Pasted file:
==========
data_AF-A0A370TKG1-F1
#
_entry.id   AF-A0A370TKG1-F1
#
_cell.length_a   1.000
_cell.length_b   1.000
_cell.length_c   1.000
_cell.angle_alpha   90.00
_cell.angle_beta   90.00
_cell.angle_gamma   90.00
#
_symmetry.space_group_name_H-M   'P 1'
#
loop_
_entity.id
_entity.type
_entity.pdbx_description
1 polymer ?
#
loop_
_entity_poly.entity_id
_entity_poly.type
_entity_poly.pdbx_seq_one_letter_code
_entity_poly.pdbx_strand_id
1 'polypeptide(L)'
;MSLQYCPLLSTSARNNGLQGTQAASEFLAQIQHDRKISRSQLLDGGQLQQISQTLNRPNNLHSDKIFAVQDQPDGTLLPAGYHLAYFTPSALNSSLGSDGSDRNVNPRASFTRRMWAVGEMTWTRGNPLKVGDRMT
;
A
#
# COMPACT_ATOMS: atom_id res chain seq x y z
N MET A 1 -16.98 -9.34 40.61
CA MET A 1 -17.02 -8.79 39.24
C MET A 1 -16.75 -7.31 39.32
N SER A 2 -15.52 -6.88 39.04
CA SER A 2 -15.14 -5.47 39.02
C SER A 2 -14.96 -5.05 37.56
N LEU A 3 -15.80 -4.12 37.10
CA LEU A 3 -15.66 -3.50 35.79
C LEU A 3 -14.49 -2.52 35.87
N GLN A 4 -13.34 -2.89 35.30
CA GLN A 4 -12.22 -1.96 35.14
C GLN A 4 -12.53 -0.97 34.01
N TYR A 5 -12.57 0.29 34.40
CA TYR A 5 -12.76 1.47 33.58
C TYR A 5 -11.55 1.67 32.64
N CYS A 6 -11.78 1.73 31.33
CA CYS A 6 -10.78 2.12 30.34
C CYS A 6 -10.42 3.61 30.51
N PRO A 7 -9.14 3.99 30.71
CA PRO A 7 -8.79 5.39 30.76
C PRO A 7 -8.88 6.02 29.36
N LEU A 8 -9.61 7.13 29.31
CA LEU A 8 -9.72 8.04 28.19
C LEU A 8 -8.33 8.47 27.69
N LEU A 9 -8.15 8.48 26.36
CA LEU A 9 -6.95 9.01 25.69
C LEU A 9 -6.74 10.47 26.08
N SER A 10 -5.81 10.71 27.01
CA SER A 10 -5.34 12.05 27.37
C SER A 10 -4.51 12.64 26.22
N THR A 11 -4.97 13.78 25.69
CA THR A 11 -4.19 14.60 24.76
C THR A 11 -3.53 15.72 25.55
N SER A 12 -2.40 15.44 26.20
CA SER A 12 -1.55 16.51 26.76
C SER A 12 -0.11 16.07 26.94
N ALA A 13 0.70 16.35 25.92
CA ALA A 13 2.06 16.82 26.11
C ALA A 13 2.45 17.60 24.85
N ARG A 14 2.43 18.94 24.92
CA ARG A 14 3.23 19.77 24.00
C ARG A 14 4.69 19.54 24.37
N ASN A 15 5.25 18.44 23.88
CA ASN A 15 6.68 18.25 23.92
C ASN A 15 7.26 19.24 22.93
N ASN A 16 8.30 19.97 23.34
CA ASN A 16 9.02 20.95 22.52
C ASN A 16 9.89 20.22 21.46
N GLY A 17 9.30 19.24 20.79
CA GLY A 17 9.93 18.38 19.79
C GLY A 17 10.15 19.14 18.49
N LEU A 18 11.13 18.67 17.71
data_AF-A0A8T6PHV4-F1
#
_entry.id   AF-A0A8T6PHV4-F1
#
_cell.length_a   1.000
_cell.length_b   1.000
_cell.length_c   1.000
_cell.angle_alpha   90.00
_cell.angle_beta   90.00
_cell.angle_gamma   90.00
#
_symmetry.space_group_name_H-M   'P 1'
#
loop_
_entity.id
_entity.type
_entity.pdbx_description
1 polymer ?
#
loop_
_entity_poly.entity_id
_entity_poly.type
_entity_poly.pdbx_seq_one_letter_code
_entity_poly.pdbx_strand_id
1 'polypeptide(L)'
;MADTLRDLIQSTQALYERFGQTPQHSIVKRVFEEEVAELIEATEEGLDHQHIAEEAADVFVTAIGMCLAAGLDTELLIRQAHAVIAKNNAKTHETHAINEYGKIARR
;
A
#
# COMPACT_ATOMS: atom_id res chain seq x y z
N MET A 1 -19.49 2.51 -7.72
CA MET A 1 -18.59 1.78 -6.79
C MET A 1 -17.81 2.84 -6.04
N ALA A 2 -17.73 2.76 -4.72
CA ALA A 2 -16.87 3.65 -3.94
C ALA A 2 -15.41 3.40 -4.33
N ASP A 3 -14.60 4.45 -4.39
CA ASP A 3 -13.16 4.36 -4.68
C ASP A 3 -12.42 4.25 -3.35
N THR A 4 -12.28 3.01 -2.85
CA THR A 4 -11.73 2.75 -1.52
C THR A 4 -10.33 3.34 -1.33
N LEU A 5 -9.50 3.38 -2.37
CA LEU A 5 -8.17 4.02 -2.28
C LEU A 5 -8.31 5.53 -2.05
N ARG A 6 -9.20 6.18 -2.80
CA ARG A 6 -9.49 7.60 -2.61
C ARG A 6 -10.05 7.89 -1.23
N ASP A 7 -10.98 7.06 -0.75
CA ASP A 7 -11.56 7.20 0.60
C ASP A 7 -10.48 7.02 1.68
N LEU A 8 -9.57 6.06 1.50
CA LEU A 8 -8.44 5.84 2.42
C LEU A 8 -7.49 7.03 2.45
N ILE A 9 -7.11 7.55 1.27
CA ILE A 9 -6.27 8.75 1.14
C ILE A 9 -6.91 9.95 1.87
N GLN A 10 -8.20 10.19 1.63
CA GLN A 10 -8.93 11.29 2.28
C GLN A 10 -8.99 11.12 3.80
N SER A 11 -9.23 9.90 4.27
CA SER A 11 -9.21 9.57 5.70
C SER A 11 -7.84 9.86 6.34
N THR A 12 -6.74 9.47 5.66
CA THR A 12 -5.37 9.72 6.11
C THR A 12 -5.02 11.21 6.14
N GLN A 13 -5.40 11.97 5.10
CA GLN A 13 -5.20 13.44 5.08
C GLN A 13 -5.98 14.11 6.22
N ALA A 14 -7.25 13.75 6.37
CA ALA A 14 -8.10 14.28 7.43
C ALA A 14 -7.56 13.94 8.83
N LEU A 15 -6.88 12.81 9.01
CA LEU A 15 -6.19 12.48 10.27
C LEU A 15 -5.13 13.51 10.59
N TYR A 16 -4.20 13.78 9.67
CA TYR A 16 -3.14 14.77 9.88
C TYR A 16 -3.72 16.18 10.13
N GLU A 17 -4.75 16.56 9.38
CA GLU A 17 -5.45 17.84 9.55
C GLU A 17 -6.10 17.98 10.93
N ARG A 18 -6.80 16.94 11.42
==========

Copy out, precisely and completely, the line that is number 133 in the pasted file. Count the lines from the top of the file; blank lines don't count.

C ASP A 7 -10.48 7.02 1.68